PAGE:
Flash, blast and radiation – is it possible to live through a catastrophe?

I got my PhD in chemistry from Imperial College London in the UK at about the time of the Cuban missile crisis. ‘Just my luck!’ I thought. ‘I’ll be shaking the hand of the Queen Mother in the Albert Hall when Khruschev drops the bomb on it!’ In those days I spent much of my time in London doing my research, and also some out in Orpington, a suburb of London where my parents lived.

Looking back, I am amazed at how ingrained and widespread was the social fear of sudden nuclear war. London was certain to be bombed. My particular fear was to be travelling on the London Underground when the bomb fell. The train might be too deep for the effects of the blast to reach it – but the electricity would fail, the lights would go out, and I would be trapped in the dark in a huge crowd of desperate people, to die slowly of hunger, thirst or suffocation. As a chemist, I was able to make up potassium cyanide tablets against this fate, which I carried around in my pocket.

M-H Jeeves

We discussed the options in the laboratory. If I was in Orpington, I had a chance. A nuclear bomb generates an extremely bright flash, which may last for several seconds. So wear an eye patch! Even if you were looking that way when the bomb went off, you could move it over. And get out of the building at once! It may protect you from that flash, but the blast, when it comes, will knock the heavy structure down on you. 

When you are outside, or if you are already outside when you see the flash, run to any kind of flimsy flash protection such as a wooden fence. It will probably catch fire or already be on fire, but will at least intercept the flash. (In the laboratory, we liked the idea of a plywood sandwich board, possibly proclaiming ‘The End is Nigh’, behind which you could duck when the flash came). If the blast comes while the flash is still bright; you are too close, and doomed anyway. But if the flash fades first, dash out from your flimsy shelter, and lie in the open face-down with your head towards the growing mushroom cloud. With luck, you’ll survive the coming blast.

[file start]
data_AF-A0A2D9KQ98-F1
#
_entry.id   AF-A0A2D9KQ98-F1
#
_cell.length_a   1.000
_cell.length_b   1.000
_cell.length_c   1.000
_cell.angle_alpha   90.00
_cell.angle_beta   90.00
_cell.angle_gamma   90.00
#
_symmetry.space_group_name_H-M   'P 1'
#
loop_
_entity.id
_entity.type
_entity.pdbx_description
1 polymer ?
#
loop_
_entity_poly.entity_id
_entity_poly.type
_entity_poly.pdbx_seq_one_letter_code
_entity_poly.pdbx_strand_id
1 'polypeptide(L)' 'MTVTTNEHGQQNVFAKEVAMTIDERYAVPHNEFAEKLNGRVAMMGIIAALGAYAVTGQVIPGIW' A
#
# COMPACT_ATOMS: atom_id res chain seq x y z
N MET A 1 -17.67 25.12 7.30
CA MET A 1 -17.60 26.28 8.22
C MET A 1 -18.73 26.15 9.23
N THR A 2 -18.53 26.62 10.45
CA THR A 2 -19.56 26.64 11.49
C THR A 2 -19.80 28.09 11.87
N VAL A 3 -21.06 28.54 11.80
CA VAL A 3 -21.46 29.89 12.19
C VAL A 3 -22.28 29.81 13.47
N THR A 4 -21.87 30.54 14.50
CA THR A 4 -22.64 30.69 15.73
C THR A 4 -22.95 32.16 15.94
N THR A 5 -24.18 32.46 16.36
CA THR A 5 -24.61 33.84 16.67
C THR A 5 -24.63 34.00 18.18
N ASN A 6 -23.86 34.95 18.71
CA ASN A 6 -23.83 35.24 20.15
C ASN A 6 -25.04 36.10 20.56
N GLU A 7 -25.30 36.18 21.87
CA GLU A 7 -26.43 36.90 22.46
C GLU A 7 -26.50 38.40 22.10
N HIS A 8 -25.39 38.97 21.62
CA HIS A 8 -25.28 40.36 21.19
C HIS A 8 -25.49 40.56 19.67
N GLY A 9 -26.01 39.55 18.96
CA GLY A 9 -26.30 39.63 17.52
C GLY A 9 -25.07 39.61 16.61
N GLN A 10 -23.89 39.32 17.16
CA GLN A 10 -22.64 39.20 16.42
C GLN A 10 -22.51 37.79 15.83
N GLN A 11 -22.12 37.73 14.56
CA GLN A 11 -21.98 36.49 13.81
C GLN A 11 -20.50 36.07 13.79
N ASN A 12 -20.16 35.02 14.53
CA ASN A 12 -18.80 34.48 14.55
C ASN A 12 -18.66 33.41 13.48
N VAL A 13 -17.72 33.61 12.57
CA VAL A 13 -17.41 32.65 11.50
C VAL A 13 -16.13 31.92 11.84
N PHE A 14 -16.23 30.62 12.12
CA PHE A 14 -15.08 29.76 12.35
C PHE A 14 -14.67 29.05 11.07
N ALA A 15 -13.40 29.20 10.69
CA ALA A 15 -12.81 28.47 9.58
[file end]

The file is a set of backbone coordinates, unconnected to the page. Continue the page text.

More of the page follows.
If you do survive the flash and blast, you have just a few hours before the radioactive dust starts to come down. You have to be quite ruthless; and you need a car. First, you must get water from the taps while they still work – I planned to fill a couple of big empty acetone cans I had. Then you must get lots of tinned food, a tin opener, a portable radio, and Polaroid film which will allow you to measure the amount of radioactivity in the environment. Finally you have to hide somewhere away from the radioactivity – I had in mind some abandoned boilers I had spotted near Orpington hospital. A metal boiler would exclude a lot of radioactivity. I could plug up any holes, and it was unlikely anyone would look in one for a survivor. From the noises coming from the hospital I could perhaps judge how society was going. 

When the Polaroid film showed that the radioactivity had largely decayed, I would come out. What life would be like, and whether it would be worth living, was something we did not discuss in the laboratory. In the event, mercifully, we never had to find out.